HOW TO INTRODUCE YOUR DOG TO ANOTHER DOG
The Doggy Diaries:
By Lezle Stein
Dogs that have been properly introduced can learn to relax around each other.
Start the dogs at a comfortable distance first, and use high-value treats to get them to focus on you.
Parallel leash-walking, on neutral territory with two handlers and high value treats, is the best way to introduce dogs. Neutral territory means an area where neither dog resides. A neutral territory is best to avoid territorial behavior in either dog. Both dogs should be wearing properly fitted collars and be on nylon or leather leashes. Prong collars, choke chains, and Flexi-leads should not be used when introducing dogs.
High-value treats can be pieces of chicken, hot dog or cheese, anything that will get the dog’s attention and that it doesn’t get normally. Start by walking the two dogs on leash in the same direction in neutral territory. If you find that they pull toward each other, stare at each other or are overly excited, then you’re too close too soon. Put some distance between the dogs, and have them sit & relax at that distance or more space if needed before continuing to walk. Use your treats to reward your dog for remaining calm and focusing on you.Remember the watch me! This gives them something to do while they get used to each other’s presence. Be patient and relax( no tension on the leash!) so the dogs can relax too. As the dogs begin calming down in each others’ presence, begin to move them closer to each other as you walk. You are emulating their natural greeting: they are not face to face. Instead, they are showing the sides of their bodies to each other while walking.
Allow the dogs to curve around in a natural manner. “Calming Signals” written by Turrid Rugaas it is an excellent book about this. It’s for sale in my bookstore on my web-site.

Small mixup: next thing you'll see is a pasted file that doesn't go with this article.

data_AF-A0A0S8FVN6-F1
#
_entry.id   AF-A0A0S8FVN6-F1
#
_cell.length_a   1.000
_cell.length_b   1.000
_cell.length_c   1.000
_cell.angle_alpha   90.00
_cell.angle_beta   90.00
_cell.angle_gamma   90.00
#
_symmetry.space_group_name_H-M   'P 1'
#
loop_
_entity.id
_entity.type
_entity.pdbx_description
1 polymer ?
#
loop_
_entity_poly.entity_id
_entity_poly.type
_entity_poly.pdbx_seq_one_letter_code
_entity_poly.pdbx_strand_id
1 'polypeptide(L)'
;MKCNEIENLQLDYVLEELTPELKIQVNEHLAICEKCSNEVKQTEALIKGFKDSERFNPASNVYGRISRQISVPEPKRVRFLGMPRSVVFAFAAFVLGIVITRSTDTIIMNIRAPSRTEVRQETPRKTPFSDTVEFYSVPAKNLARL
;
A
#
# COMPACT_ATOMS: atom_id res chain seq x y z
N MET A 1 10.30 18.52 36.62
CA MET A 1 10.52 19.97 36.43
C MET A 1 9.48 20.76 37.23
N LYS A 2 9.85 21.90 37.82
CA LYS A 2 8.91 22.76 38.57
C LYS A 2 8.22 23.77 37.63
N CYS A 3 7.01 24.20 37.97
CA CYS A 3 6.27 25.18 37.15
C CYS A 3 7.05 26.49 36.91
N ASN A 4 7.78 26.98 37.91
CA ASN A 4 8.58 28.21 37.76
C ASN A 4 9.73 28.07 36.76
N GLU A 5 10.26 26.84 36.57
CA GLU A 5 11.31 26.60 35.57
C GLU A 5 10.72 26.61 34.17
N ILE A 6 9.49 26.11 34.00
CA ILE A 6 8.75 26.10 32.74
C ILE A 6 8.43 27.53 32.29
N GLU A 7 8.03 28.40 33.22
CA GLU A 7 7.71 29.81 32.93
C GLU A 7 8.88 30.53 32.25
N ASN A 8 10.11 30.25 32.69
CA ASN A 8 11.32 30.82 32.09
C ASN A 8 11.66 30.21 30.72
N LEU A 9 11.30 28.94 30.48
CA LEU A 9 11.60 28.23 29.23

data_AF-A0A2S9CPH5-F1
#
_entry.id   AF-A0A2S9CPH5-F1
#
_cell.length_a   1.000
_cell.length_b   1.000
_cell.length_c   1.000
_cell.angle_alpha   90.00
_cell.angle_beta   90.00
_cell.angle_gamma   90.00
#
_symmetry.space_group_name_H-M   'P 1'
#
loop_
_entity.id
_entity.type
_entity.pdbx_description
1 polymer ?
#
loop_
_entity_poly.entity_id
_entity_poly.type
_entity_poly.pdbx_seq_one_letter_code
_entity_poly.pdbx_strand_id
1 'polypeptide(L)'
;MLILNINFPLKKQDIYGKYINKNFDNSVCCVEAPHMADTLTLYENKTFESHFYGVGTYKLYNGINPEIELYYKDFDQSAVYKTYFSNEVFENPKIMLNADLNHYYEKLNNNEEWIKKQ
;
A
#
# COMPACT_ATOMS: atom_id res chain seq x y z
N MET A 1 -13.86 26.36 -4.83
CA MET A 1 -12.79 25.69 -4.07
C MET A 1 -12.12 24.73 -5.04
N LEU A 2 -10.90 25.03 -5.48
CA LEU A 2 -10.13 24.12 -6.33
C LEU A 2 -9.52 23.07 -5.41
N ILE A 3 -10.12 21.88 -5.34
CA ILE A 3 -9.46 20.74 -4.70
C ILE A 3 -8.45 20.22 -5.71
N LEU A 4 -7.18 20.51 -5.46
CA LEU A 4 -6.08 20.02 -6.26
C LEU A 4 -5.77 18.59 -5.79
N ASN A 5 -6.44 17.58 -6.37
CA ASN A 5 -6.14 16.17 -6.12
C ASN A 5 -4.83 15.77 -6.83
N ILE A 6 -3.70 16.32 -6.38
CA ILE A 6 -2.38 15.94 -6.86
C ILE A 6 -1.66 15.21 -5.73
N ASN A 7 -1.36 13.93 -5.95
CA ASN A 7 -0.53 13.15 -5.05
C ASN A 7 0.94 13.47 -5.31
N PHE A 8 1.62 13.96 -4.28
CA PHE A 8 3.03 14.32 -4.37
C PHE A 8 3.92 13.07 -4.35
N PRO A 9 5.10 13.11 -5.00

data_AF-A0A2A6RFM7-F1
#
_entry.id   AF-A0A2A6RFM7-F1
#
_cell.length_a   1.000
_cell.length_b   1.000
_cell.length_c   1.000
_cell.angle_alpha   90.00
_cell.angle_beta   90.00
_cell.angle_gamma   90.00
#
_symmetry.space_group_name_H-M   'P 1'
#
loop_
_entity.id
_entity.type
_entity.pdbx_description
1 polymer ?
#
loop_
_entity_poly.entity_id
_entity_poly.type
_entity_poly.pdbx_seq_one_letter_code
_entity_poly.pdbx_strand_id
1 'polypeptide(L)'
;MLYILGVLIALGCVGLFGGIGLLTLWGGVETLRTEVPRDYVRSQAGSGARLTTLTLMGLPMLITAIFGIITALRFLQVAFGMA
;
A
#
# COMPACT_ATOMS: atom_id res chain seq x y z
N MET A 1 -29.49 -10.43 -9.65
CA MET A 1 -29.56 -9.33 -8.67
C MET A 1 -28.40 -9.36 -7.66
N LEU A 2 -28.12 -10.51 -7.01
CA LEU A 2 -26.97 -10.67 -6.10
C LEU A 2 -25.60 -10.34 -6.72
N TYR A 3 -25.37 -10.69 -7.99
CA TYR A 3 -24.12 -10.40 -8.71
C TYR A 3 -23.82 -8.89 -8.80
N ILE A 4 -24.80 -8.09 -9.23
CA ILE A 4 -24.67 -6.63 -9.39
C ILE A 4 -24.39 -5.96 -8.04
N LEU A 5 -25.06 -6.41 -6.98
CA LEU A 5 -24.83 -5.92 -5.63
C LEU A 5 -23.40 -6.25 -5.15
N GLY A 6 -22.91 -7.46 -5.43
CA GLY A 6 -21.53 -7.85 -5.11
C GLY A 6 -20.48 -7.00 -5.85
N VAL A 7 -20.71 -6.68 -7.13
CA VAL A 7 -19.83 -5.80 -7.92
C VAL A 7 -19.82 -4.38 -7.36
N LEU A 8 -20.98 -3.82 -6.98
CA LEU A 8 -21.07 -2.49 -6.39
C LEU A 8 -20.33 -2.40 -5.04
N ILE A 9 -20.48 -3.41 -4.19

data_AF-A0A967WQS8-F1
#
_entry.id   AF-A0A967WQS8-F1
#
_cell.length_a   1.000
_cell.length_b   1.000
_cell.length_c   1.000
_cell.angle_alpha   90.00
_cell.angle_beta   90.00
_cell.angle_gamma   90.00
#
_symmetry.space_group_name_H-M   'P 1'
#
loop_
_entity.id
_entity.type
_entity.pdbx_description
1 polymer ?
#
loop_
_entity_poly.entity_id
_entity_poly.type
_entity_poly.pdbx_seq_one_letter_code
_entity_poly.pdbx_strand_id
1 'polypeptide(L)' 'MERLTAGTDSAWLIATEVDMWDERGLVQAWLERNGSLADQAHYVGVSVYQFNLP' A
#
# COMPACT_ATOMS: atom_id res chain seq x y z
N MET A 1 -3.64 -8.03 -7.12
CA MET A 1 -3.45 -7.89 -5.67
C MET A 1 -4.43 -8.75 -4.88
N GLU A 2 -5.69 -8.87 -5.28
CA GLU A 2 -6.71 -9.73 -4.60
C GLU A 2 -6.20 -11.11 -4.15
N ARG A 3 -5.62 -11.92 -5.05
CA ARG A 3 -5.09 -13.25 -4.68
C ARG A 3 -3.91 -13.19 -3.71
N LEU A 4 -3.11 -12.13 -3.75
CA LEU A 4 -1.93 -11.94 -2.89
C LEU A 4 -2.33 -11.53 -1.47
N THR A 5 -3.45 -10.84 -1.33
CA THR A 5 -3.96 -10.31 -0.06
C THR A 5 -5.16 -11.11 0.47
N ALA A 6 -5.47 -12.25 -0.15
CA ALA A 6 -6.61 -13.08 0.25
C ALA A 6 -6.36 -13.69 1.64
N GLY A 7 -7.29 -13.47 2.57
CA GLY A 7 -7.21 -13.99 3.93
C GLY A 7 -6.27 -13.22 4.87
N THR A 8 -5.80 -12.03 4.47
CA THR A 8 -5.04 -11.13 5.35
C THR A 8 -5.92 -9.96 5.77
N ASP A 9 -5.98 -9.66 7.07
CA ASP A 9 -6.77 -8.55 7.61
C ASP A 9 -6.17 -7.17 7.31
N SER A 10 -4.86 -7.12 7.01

If the dogs appear to be friendly and relaxed toward each other, allow brief sniffing with one dog perpendicular or “T-shaped” to the other, and then each dog should be called back towards the the handlers and offer a reward and a yes!. If either dog stiffens, stands up on its toes, or shows any aggressive posturing, call the dogs away immediately and interrupt the interaction. It is important to interrupt before things go wrong so that you can preserve the possibility of a successful interaction at a later time. It might be necessary to take several walks, in different locations, over time.
Do not rush this process if the introductions seem ‘iffy’ in any way. Stop the introduction if either dog is showing signs of fear or aggression. Body language that indicates fear or aggression can include:hard stares, raised hackles, stiff posturing, lip curling, growling, air snapping, tail tucked between legs, one dog avoiding the other or wanting to hide behind the handler, lunging, or freezing.
What you’re looking for is calm, relaxed and confident behavior. Neither dog should be overly aroused, nervous, stiff, or fearful. (If the dogs don’t seem to be able to relax and be friendly, it might be best to contact a trainer to help you move forward.ME!)
Remember, some dogs don’t like the company of other dogs and they should never be forced into a greeting. Some dogs may need more time or a few more intros to get used to another dog.
If the dogs remain relaxed and pleasantly interested in each other, one or both of them may gesture to play. Keep the leashes loose and let them interact on leash for a bit to make sure all goes well. As long as both dogs are still relaxed and showing loose, happy body language, you can drop the leashes and let them play while dragging their leashes in an enclosed area.
Watch the play for a while to be sure everyone is minding their manners: no rude behavior or pushy type of mounting behavior allowed initially. Every few minutes, before the dogs reach a state of high arousal or over-excitement, stop the play and get the dogs re-focused on you, calm again or walk them. Then let the play resume. End the play on a good note; don’t let them play into crankiness.
I’m also going to offer a follow up class on this topic, so please check our scheduled classes and sign up for our newsletter to get up to date information regarding tips, and our services.
Stay tuned and both you and your dogs stay cool!